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The Models For “American Gothic” Were The Painter’s Sister And Their Dentist

Ian Harvey

Most of us are familiar with the painting called American Gothic. The painting shows the images of a man and a woman standing in front of a small wooden house. She is in her apron, he’s holding a pitchfork, and both of them are standing a bit stiffly and look a little grim.

Even though we recognize the picture, many people don’t really know much about it. Who were the figures that the picture represents? Did they mean something to the painting’s creator? Does the work depict a real house? A real place? Why does the couple in it look so dour?

Let’s take a closer look at the story of American Gothic.

American Gothic

American Gothic

The painting was created in 1930 by Grant Wood, and it became an instant success, according to the Art Institute of Chicago, where it was first exhibited. Wood gained the inspiration for the picture when he was on a trip to the small town of Eldon, Iowa.

While he was there he noticed a small wooden house with a single large, medieval-style window on the second floor. It was built in the style known as Rural Gothic, or Carpenter Gothic.

Grant Wood, Self-portrait, 1932, Figge Art Museum

Grant Wood, Self-portrait, 1932, Figge Art Museum

Mental Floss states that Grant noticed the house because he found the window a pretentious addition to what was otherwise a humble structure, and he sketched it on the back of an envelope.

For the farm couple standing in front of the house, Grant used his sister and his dentist as models. His dentist was Byron McKeeby, who was 62 at the time. Wood had a great deal of time over the years to observe McKeeby while sitting in his chair, and was very taken with the dentist’s hands, which were, in Wood’s estimation, strong and full of character.

The Dibble House in Eldon, Iowa

The Dibble House in Eldon, Iowa

Wood originally wanted his mother, Hattie, as the female figure in the work, but was concerned that posing for an extended time might be too taxing for her. Instead he substituted his sister, Nan.

Wood’s mother still offered up her contribution to the finished product, though, as the apron and the cameo Nan wears in the image belong to Hattie.

He dressed his models in vintage clothing, making them resemble tintypes from an old family album, and painted them in a style similar to that used in the Flemish Renaissance using a high degree of detail. Interestingly, the picture was not created all in a piece. The house and both of the models were all painted separately, at three different times and locations.

Over the years since its creation, people have speculated on what Wood was trying to convey with the painting. Many people have concluded that Wood was creating a satire of small-town Midwestern values, attempting to evoke a certain hostility to outsiders and a provincial viewpoint.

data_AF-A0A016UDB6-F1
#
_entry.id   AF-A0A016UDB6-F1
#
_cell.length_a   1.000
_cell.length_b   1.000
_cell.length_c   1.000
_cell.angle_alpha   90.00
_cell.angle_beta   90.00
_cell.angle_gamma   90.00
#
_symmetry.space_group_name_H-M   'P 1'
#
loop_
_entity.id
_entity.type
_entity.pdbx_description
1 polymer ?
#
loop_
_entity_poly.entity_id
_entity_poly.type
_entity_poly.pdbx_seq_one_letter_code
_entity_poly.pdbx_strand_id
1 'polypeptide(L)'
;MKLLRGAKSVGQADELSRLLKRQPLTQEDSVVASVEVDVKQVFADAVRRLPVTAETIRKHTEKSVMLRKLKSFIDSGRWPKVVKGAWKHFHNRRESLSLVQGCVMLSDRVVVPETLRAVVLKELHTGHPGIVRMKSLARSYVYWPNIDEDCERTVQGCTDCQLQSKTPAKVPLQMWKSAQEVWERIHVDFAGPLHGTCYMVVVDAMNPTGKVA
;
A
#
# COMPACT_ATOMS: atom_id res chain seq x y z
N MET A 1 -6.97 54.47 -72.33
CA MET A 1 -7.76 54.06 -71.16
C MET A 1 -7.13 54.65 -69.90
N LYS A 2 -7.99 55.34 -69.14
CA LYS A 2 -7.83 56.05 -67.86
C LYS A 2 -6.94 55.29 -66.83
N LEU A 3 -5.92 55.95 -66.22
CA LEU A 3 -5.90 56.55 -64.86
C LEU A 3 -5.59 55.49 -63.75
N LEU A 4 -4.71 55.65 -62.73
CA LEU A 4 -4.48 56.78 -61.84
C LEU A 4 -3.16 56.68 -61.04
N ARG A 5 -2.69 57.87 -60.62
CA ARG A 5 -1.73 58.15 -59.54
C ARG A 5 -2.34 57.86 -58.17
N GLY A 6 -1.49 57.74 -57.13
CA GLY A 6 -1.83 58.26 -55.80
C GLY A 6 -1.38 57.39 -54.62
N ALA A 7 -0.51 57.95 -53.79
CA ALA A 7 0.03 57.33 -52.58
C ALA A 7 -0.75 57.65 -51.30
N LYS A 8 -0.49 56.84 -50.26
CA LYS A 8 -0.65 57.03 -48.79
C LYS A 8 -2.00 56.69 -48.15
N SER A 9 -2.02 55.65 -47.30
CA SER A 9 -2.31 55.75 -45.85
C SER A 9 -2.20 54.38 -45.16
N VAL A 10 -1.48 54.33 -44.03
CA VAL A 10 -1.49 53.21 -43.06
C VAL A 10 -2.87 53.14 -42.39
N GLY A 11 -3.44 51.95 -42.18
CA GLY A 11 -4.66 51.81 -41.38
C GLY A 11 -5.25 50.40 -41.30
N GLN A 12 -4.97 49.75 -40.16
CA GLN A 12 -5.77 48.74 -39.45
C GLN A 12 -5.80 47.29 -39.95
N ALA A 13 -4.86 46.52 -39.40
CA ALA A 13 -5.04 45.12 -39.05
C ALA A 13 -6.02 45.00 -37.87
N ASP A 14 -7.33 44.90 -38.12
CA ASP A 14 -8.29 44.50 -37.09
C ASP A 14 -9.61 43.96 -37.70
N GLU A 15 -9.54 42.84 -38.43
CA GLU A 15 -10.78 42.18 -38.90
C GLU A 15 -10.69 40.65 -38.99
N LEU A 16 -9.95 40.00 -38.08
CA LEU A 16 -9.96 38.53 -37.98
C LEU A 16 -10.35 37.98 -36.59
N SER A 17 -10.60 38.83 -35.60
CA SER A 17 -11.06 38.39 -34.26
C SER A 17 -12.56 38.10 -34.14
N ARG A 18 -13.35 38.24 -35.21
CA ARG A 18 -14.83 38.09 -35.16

The painter, however, said it was meant as an homage. Wood was an Iowan by birth, and eventually returned to his home state to settle. He had a real appreciation for the culture of the region, which leads other people to believe it was his homage to the rural American values that were such a part of him.

Visitors dress up for photographs outside the American Gothic House in Eldon, Iowa. Photo by Luke.johanson CC BY-SA 3.0

Visitors dress up for photographs outside the American Gothic House in Eldon, Iowa. Photo by Luke.johanson CC BY-SA 3.0

This school of thought believes that Wood’s intention was to offer an image of solidity, strength, and reassurance to people who were feeling disillusioned and dislocated during the difficulties that came along with the Great Depression. The farmer and his daughter are meant to represent the strength to endure.

Whether the picture is meant as a satirical statement or an image of strength and resilience, it became one of the works that fueled the rise of Regionalism in the world of art. The movement involved realistic renderings that avoided urban environments in favor of more rural settings.

American Gothic House. Photo by Mcmillin24 CC BY-SA 3.0

American Gothic House. Photo by Mcmillin24 CC BY-SA 3.0

The style was a large departure for the trends toward European Modernism and urban abstraction, focusing on realism and accessibility of subject. Wood, himself, supported the ideas behind the movement and was frequently dressed in overalls like a farmer.

Read another story from us: The Story Behind the Painting – Washington Crossing the Delaware

American Gothic continues to stir the imagination, nearly 90 years after its creation, as people continue to mine its details for hidden symbolism and meaning. It’s one of the most widely recognized works of American art and has become an icon of that time in history.